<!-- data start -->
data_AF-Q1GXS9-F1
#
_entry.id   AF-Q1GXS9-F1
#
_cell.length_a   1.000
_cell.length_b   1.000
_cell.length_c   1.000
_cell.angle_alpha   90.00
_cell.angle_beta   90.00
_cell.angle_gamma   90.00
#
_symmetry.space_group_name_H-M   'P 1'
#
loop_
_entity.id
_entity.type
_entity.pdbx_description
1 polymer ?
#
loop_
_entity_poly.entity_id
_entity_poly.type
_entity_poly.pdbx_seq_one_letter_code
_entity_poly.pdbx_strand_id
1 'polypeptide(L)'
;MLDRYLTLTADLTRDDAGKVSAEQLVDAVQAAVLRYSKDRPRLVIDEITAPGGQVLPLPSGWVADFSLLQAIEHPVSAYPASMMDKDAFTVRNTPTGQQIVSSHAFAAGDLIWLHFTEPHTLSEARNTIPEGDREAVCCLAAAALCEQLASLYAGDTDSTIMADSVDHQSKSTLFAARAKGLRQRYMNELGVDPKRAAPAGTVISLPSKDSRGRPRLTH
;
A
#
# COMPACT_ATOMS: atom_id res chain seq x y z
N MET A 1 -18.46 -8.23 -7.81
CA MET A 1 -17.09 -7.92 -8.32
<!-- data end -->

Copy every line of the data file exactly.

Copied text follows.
data_AF-Q1GXS9-F1
#
_entry.id   AF-Q1GXS9-F1
#
_cell.length_a   1.000
_cell.length_b   1.000
_cell.length_c   1.000
_cell.angle_alpha   90.00
_cell.angle_beta   90.00
_cell.angle_gamma   90.00
#
_symmetry.space_group_name_H-M   'P 1'
#
loop_
_entity.id
_entity.type
_entity.pdbx_description
1 polymer ?
#
loop_
_entity_poly.entity_id
_entity_poly.type
_entity_poly.pdbx_seq_one_letter_code
_entity_poly.pdbx_strand_id
1 'polypeptide(L)'
;MLDRYLTLTADLTRDDAGKVSAEQLVDAVQAAVLRYSKDRPRLVIDEITAPGGQVLPLPSGWVADFSLLQAIEHPVSAYPASMMDKDAFTVRNTPTGQQIVSSHAFAAGDLIWLHFTEPHTLSEARNTIPEGDREAVCCLAAAALCEQLASLYAGDTDSTIMADSVDHQSKSTLFAARAKGLRQRYMNELGVDPKRAAPAGTVISLPSKDSRGRPRLTH
;
A
#
# COMPACT_ATOMS: atom_id res chain seq x y z
N MET A 1 -18.46 -8.23 -7.81
CA MET A 1 -17.09 -7.92 -8.32